That still I lay upon my mother's head;
But, that I am as well begot, my liege, .
(Fair fall the bones that took the pains for me!)
Compare our faces, and be judge yourself.
If old fir Robert did beget us both,
And were our father, and this son like him;
O old fir Robert, father, on iny knee
I give heaven thanks, I was not like to thee.
K. John. Why, what a mad-cap hath heaven lent

us here!
Eli. He hath a trick of Caur-de-lion's face 6,
The accent of his tongue affecteth him:
Do you not read some tokens of my son,
In the large composition of this man?

K. John. Mine eye hath well examined his parts, And finds thein perfect Richard. Sirrah, speak, What doth move you to claim your brother's land ?:

Phil. Because he hath a half-face, like my father; With that half-face would he have all my land : : A half-fac'd groat five hundred pound a year!


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Rob. My gracious liege, when that my father liy'd, Your brother did employ my father much ;

Phil. Well, fir, by this you cannot get my land; Your tale must be, how he employ'd my mother, · Rob. And once dispatch'd him in an embassy To Germany, there, with the emperor, To treat of high affairs touching that time : The advantage of his absence took the king, And in the mean time sojourn'd at my father's; Where how he did prevail, I shame to speak : But truth is truth ; large lengths of seas and Thores Between my father and my mother lay, (As I have heard my father speak himself ) When this same lusty gentleman was got. Upon his death-bed he by will bequeath'd His lands to me; and took it on his death, That this, my mother's son, was none of his ; And, if he were, he came into the world Full fourteen weeks before the course of time. Then, good my liege, let me have what is mine, My father's land, as was my father's will.

at the meagre sharp visage of the elder brother, by comparing him to a silver groat, that bore the king's face in profile, so Thewed but half the face : the groats of all our kings of Ergland, and indeed all their other coins of filver, one or two only excepted, had a full face crowned; till Henry VII, at the time above-mentioned, coined groats and half-groats, as also fome shillings, with half faces, i. e. faces in profile, as all our coin has now. The first groats of king Henry VIII. were like those of his father; though arterwards he returned to the broad faces again. These groats, with the impression in profile, are undoubtedly here alluded to: though, as I said, the poet is knowingly guilty of an anachronisın in it: for in the time of king John there were no groats at all; they being firit, as far as appears, coined in the reign of king Edward III. THEOBALD.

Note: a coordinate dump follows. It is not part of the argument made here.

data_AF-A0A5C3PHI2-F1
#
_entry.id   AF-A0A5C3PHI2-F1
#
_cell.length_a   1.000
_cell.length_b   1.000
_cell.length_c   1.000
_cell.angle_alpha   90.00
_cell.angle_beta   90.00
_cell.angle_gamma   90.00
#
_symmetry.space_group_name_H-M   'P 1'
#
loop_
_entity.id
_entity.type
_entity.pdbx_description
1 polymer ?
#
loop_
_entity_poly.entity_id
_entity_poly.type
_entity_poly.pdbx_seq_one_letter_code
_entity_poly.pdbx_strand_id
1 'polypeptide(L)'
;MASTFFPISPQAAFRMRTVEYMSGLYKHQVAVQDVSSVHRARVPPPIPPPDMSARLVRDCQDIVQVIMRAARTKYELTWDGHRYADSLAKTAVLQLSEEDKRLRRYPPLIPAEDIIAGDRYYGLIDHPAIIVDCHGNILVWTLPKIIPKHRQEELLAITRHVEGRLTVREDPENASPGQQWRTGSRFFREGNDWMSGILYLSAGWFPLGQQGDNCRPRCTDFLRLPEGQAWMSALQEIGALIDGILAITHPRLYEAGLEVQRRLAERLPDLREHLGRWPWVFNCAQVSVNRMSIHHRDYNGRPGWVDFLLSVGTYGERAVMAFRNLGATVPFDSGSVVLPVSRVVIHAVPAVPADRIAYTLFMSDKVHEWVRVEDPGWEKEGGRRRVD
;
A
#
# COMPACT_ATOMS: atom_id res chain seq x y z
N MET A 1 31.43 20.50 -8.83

The same contemptuous allusion occurs in The Downfall of Robert Earl of Huntington, 1601:

- You balf-fai'd groat, you thick-cheek'd chitty-face." Again, in Hi friomafiix, 1010:

s Whilit I behold yon half fac'd minion." STEEVENS.

K. John,

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Left men should say, Look, where threc-farthings

goes! And, to his shape, were heir to all this land, 'Would I might never stir from off this place, I'd give it every foot to have this face; I would not be fir Nob in any case.

Eli. I like thee well; Wilt thou forsake thy forti
Bequeath thy land to him, and follow me ?
I am a soldier, and now bound to France.
Phil. Brother, take you my land, I'll take my

chance :
Your face hath got five hundred pound a year;
Yet sell your face for five pence, and 'tis dear.
Madam, I'll follow you unto the death 4.

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